phc2sys man page

phc2sys — synchronize two or more clocks


phc2sys -a [ -r ] [ -r ] [ options ]
phc2sys [ -d pps-device ] [ -s device ] [ -c device ] [ -O offset ] [ -w ] [ options ]


phc2sys is a program which synchronizes two or more clocks in the system. Typically, it is used to synchronize the system clock to a PTP hardware clock (PHC), which itself is synchronized by the ptp4l(8) program.

With the -a option, the clocks to synchronize are fetched from the running ptp4l daemon and the direction of synchronization automatically follows changes of the PTP port states.

Manual configuration is also possible. When using manual configuration, two synchronization modes are supported, one uses a pulse per second (PPS) signal provided by the source clock and the other mode reads time from the source clock directly. Some clocks can be used in both modes, the mode which will synchronize the slave clock with better accuracy depends on hardware and driver implementation.



Read the clocks to synchronize from running ptp4l and follow changes in the port states, adjusting the synchronization direction automatically. The system clock (CLOCK_REALTIME) is not synchronized, unless the -r option is also specified.


Only valid together with the -a option. Instructs phc2sys to also synchronize the system clock (CLOCK_REALTIME). By default, the system clock is not considered as a possible time source. If you want the system clock to be eligible to become a time source, specify the -r option twice.

-d pps-device

Specify the PPS device of the master clock (e.g. /dev/pps0). With this option the PPS synchronization mode is used instead of the direct mode. As the PPS signal does not specify time and only marks start of a second, the slave clock should be already close to the correct time before phc2sys is started or the -s option should be used too. With the -s option the PPS signal of the master clock is enabled automatically, otherwise it has to be enabled before phc2sys is started (e.g. by running echo 1 > /sys/class/ptp/ptp0/pps_enable). This option can be used only with the system clock as the slave clock. Not compatible with the -a option.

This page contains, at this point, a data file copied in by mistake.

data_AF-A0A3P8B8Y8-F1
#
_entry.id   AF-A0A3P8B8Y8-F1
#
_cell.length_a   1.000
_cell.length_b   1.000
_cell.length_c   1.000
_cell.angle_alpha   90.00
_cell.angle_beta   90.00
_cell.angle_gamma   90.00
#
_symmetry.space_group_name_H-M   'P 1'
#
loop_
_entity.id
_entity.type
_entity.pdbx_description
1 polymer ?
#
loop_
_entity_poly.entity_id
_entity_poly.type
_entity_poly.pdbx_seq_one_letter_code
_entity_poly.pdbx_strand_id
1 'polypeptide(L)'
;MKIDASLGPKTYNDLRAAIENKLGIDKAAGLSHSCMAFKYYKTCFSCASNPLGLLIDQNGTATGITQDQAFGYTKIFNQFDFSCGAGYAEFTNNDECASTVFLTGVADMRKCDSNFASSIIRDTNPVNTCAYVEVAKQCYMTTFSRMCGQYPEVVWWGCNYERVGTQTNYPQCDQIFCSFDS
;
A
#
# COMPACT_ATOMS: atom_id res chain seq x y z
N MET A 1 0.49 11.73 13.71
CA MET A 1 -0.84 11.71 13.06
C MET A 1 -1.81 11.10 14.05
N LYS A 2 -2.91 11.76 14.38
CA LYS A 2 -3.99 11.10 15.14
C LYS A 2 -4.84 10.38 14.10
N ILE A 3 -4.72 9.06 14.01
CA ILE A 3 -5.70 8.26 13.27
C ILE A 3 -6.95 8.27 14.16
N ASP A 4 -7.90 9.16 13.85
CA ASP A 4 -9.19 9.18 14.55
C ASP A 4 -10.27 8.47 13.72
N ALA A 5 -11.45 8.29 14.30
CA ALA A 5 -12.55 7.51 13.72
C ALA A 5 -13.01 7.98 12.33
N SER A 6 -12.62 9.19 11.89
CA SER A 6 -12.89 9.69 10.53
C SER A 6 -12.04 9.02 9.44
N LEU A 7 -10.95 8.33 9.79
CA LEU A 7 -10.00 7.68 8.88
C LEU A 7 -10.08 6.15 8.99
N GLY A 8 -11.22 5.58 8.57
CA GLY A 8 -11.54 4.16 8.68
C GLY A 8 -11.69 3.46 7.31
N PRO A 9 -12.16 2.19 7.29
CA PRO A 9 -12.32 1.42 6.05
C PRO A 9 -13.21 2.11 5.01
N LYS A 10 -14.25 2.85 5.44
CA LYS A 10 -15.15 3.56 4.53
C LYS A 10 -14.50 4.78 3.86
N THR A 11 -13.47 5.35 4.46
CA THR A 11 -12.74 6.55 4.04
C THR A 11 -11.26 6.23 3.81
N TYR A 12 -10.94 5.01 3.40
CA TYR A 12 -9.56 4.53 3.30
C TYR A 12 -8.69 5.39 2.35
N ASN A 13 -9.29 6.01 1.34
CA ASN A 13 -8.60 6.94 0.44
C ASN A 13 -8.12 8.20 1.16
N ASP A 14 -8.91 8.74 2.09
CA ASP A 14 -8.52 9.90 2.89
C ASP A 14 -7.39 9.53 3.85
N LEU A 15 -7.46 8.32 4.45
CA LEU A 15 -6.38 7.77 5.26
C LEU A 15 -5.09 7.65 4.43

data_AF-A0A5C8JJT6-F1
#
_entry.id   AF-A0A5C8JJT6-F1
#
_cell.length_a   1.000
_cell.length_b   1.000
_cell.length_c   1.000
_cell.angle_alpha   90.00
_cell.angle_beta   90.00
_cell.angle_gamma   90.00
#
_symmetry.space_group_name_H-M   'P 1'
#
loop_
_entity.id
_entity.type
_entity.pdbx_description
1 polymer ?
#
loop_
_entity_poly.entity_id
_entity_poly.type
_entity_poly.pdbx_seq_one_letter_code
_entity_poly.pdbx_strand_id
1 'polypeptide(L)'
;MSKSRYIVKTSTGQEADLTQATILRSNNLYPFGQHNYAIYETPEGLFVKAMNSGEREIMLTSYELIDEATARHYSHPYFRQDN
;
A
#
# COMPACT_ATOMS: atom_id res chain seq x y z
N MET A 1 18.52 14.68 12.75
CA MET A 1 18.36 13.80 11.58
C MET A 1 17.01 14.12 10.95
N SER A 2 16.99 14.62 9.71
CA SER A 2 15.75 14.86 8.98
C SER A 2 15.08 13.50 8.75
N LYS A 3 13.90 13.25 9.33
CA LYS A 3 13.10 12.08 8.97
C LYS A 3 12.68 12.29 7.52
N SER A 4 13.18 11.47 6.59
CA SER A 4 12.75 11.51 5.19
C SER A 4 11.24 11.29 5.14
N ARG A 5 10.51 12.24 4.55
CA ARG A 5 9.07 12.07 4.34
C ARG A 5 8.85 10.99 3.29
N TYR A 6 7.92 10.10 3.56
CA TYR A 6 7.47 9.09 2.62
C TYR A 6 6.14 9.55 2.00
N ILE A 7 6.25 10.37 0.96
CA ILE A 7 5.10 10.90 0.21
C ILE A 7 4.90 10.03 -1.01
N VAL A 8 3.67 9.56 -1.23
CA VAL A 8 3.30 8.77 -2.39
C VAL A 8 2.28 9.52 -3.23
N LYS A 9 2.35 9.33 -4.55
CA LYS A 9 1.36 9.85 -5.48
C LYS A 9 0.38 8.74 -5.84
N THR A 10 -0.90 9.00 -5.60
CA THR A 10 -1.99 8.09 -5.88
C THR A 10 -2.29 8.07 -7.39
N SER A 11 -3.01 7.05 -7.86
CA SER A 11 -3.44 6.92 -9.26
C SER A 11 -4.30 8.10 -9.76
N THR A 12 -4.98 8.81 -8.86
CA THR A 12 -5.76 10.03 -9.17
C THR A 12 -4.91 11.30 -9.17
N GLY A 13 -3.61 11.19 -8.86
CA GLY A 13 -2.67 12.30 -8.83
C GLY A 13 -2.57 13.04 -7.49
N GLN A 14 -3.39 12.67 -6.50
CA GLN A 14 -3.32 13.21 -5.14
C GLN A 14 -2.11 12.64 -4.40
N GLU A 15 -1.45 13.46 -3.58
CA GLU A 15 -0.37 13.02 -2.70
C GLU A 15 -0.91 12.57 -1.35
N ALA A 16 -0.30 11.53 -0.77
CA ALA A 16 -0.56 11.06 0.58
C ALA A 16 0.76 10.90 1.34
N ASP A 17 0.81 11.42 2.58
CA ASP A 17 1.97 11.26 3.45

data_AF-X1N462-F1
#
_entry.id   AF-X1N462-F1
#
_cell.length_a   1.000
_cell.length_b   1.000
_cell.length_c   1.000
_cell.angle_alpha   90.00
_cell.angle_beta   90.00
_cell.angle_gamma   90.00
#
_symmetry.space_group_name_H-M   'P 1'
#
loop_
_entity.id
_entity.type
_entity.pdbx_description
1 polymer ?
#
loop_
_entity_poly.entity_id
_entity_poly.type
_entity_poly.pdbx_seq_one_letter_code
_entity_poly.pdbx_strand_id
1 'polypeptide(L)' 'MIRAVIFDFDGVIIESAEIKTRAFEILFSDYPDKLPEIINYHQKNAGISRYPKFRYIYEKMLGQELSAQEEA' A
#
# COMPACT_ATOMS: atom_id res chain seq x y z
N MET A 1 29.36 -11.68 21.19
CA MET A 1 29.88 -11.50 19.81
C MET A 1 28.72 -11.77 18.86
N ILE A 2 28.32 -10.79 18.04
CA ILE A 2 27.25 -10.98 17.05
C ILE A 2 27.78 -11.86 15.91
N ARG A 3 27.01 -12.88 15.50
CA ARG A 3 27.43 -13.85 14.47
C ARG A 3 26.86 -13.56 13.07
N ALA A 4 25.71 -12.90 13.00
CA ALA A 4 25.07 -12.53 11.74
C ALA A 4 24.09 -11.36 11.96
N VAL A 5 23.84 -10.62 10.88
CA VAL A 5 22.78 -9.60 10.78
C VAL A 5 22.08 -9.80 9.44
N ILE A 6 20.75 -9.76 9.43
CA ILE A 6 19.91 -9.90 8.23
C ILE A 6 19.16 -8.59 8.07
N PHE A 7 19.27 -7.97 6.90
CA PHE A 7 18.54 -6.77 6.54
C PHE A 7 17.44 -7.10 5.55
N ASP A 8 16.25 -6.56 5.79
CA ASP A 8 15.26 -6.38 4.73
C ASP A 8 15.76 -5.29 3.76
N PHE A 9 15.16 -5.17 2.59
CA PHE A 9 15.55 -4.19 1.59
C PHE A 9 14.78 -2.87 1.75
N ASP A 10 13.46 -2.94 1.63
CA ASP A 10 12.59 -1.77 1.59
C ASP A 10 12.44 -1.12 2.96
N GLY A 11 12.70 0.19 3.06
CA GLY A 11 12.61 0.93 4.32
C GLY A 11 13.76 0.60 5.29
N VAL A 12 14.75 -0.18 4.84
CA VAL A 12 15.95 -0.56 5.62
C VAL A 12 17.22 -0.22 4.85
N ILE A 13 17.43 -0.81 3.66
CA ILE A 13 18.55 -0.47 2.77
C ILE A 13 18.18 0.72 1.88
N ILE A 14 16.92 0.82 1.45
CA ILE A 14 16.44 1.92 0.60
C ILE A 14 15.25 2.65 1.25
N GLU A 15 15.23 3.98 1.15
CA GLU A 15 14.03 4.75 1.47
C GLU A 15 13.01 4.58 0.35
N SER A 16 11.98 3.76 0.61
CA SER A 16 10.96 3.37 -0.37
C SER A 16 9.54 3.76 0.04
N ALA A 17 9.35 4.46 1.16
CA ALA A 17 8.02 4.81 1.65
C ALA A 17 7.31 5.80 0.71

-s device

Specify the master clock by device (e.g. /dev/ptp0) or interface (e.g. eth0) or by name (e.g. CLOCK_REALTIME for the system clock). When this option is used together with the -d option, the master clock is used only to correct the offset by whole number of seconds, which cannot be fixed with PPS alone. Not compatible with the -a option.

-i interface

Performs the exact same function as -s for compatibility reasons. Previously enabled specifying master clock by network interface. However, this can now be done using -s and this option is no longer necessary. As such it has been deprecated, and should no longer be used.

-c device

Specify the slave clock by device (e.g. /dev/ptp1) or interface (e.g. eth1) or by  name. The default is CLOCK_REALTIME (the system clock). Not compatible with the -a option.

-E servo

Specify which clock servo should be used. Valid values are pi for a PI controller, linreg for an adaptive controller using linear regression, and ntpshm for the NTP SHM reference clock to allow another process to synchronize the local clock. The default is pi.

-P kp

Specify the proportional constant of the PI controller. The default is 0.7.

-I ki

Specify the integral constant of the PI controller. The default is 0.3.

-S step

Specify the step threshold of the servo. It is the maximum offset that the servo corrects by changing the clock frequency instead of stepping the clock. The clock is stepped on start regardless of the option if the offset is larger than 20 microseconds (unless the -F option is used). It's specified in seconds. The value of 0.0 disables stepping after the start. The default is 0.0.

-F step

Specify the step threshold applied only on the first update. It is the maximum offset that is corrected by adjusting clock. It's specified in seconds. The value of 0.0 disables stepping on start. The default is 0.00002 (20 microseconds).

-R update-rate

Specify the slave clock update rate when running in the direct synchronization mode. The default is 1 per second.

-N phc-num